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Neither Grandmaster Yields In A Chess Tug Of War

This article is part of our 2021 World Chess Championship series.

A game, the philosopher Bernard Suits wrote, is “the voluntary attempt to overcome unnecessary obstacles.” It’s one thing to shove a fistful of chess pieces across the board to surround the enemy king. It’s quite another to get them there in accordance with the ancient game’s intricate rules, and while your grandmaster opponent tries to do the same.

Magnus Carlsen of Norway and Ian Nepomniachtchi of Russia are currently overcoming obstacles in a glass box in Dubai, competing for the World Chess Championship. Neither has yet been able to surround the other’s king. After a 41-move draw over less than three hours in Sunday’s Game 3, their best-of-14-game match remains level at 1.5-1.5. It has now been 1,830 days since anyone won a regulation game in the World Chess Championship.

Nepomniachtchi moved first, minding the white pieces. The grandmasters played the Ruy Lopez opening, specifically its anti-Marshall variation, visiting once again some of the most well-trod ground in chess theory — “the mother opening,” per former world champion Viswanathan Anand on the official broadcast. Indeed, the first seven moves exactly matched those of Game 1

For nearly the entire game, both players maneuvered their pieces nimbly and quickly, clearly familiar with the theory, and the computer’s all-seeing eye hardly blinked on Sunday, as the position was essentially level from start to finish.

Chart showing a line chart of Game 3 of the 2021 World Chess Championship and a small multiple grid of line charts for all the games so far. Each line chart shows the advantage by player after each move. In Game 3, in moves 1-21, Ian Nepomniachtchi held the advantage. Game 3 ended in a draw, bringing the overall record of the championship to three draws.

The famously fast Nepomniachtchi thought for 30 minutes in the position below, his 21st move, the longest he’s spent by far on any move in the match, and perhaps the game’s only speed bump.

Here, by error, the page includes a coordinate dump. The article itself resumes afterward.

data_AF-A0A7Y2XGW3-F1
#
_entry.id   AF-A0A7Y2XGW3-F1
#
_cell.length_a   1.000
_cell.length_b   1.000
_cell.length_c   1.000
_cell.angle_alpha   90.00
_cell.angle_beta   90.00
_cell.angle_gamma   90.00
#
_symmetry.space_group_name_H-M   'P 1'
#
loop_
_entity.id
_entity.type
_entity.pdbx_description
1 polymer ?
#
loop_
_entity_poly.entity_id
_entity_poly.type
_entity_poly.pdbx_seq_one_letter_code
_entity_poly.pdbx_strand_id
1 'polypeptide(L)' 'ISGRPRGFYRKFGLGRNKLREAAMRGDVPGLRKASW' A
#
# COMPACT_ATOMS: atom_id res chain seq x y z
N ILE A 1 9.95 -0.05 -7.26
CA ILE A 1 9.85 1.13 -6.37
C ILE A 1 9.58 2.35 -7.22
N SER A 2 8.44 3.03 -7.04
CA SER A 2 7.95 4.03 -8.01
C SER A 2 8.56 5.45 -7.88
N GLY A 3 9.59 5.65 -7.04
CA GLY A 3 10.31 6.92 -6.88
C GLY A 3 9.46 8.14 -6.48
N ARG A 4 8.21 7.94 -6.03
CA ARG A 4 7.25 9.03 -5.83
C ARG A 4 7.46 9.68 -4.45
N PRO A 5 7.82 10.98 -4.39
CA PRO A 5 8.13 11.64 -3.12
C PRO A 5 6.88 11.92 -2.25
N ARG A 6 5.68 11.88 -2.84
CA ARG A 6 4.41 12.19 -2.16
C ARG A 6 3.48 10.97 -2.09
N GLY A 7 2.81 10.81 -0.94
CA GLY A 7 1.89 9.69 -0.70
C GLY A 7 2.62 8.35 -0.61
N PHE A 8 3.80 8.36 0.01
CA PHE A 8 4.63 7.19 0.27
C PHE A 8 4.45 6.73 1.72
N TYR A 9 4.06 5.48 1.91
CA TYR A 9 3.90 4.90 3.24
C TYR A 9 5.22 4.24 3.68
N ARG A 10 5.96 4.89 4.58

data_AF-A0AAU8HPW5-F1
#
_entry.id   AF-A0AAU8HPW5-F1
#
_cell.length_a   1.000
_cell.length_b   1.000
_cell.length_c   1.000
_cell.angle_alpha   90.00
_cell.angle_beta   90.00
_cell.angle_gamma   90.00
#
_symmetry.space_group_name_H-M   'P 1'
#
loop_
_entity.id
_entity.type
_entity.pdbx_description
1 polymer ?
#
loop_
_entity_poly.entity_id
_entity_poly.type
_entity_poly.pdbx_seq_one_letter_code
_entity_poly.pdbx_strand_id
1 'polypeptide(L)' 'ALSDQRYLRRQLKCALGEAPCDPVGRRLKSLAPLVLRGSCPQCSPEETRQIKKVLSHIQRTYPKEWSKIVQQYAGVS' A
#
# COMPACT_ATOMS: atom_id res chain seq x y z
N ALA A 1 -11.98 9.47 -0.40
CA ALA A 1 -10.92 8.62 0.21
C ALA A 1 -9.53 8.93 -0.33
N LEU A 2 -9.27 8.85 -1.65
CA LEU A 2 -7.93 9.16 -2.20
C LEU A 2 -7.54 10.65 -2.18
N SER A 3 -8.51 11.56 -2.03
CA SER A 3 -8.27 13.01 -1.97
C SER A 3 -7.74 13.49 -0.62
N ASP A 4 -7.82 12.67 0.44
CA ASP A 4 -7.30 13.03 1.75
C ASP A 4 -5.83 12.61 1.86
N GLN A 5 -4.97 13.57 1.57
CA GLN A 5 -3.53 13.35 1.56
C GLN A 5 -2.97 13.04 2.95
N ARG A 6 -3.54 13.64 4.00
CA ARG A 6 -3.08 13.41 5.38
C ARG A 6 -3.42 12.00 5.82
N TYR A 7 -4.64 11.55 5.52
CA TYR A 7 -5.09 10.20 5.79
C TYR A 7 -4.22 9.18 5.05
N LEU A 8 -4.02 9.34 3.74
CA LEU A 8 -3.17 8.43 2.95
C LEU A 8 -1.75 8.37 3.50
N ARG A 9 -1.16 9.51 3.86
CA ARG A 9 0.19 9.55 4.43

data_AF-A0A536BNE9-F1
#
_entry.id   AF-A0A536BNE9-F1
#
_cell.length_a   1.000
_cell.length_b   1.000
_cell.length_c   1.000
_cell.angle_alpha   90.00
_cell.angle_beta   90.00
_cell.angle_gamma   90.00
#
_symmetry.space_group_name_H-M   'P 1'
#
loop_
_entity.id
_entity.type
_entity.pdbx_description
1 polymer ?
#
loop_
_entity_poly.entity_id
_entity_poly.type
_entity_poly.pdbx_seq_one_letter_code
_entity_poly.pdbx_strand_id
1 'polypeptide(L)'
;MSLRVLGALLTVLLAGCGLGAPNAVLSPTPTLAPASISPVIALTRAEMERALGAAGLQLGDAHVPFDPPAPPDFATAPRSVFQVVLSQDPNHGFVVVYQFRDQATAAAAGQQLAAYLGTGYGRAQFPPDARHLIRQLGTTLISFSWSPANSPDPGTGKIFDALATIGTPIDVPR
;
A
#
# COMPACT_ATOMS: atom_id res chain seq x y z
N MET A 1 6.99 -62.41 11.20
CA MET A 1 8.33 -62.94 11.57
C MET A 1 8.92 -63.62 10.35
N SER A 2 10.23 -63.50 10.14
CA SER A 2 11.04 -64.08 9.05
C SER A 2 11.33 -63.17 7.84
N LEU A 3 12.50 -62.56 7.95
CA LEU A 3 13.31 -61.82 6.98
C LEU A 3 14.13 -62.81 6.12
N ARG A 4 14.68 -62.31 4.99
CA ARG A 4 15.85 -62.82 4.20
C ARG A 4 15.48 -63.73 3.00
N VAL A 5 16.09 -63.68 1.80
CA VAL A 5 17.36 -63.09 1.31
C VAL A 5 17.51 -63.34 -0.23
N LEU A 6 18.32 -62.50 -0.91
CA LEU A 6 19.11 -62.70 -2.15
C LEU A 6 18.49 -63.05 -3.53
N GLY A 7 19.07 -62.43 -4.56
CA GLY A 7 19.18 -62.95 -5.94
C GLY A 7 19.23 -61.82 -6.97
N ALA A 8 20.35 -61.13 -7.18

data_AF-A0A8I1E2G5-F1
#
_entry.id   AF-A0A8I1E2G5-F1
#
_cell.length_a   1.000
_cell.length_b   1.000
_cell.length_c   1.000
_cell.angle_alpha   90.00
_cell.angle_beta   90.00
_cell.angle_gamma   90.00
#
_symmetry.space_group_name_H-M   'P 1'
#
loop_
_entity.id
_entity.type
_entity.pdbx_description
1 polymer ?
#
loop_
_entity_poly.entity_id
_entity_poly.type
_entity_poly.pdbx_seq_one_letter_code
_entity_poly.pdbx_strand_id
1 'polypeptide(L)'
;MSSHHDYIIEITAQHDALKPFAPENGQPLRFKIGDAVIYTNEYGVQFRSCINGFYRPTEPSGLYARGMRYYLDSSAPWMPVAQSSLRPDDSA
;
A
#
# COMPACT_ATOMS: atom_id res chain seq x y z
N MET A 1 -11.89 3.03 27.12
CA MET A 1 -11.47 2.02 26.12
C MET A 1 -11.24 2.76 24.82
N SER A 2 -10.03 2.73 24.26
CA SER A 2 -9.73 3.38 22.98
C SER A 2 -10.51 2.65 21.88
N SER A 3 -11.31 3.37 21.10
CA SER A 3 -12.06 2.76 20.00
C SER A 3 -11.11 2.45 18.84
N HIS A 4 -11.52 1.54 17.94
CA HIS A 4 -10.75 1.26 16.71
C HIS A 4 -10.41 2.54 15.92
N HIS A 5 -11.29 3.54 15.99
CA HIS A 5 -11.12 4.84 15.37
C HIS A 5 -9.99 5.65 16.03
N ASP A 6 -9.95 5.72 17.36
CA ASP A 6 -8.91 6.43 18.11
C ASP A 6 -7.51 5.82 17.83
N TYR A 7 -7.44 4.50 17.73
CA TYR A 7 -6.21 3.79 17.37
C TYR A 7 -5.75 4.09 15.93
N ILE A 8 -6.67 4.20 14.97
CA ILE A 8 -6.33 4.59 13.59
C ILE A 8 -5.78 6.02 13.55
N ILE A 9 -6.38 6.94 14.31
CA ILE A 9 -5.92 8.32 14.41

He eventually pushed his pawn forward to h3. A few moves later, queens and minor pieces were traded off the board in a flurry, dulling whatever little edge was present in the game. The rooks left, too, in short order, and the grandmasters shook hands and agreed to a draw in the position below, neither able to make further progress.

While a string of chess draws could be seen as boring, or as a failure of attacking prowess, it should also be seen as a great success, a testament to the deep preparation and precise execution of the game’s master craftsmen — a drawn tug of war not between weaklings but between Goliaths. 

“This is the current status of chess theory,” Nepomniachtchi said after the game. “It’s hard to find some advantage.”

Why do we volunteer to overcome games’ unnecessary obstacles? We play games “because we want to have a certain kind of struggle,” writes C. Thi Nguyen, a philosopher at the University of Utah. “And we can do so for the sake of aesthetic experiences of striving — of our own gracefulness, of the delicious perfection of an intellectual epiphany, of the intensity of the struggle, or of the dramatic arc of the whole thing.”

The match rests tomorrow, and Game 4 begins Tuesday at 7:30 a.m. Eastern. We’ll be covering the entire dramatic arc, drawish or otherwise, here and on Twitter, and we await the delicious perfection.

Seven Games by Oliver Roeder

For even more writing on chess and other games, check out Roeder’s new book, “Seven Games: A Human History,” available in January.

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Oliver Roeder was a senior writer for FiveThirtyEight. He holds a Ph.D. in economics from the University of Texas at Austin, where he studied game theory and political competition.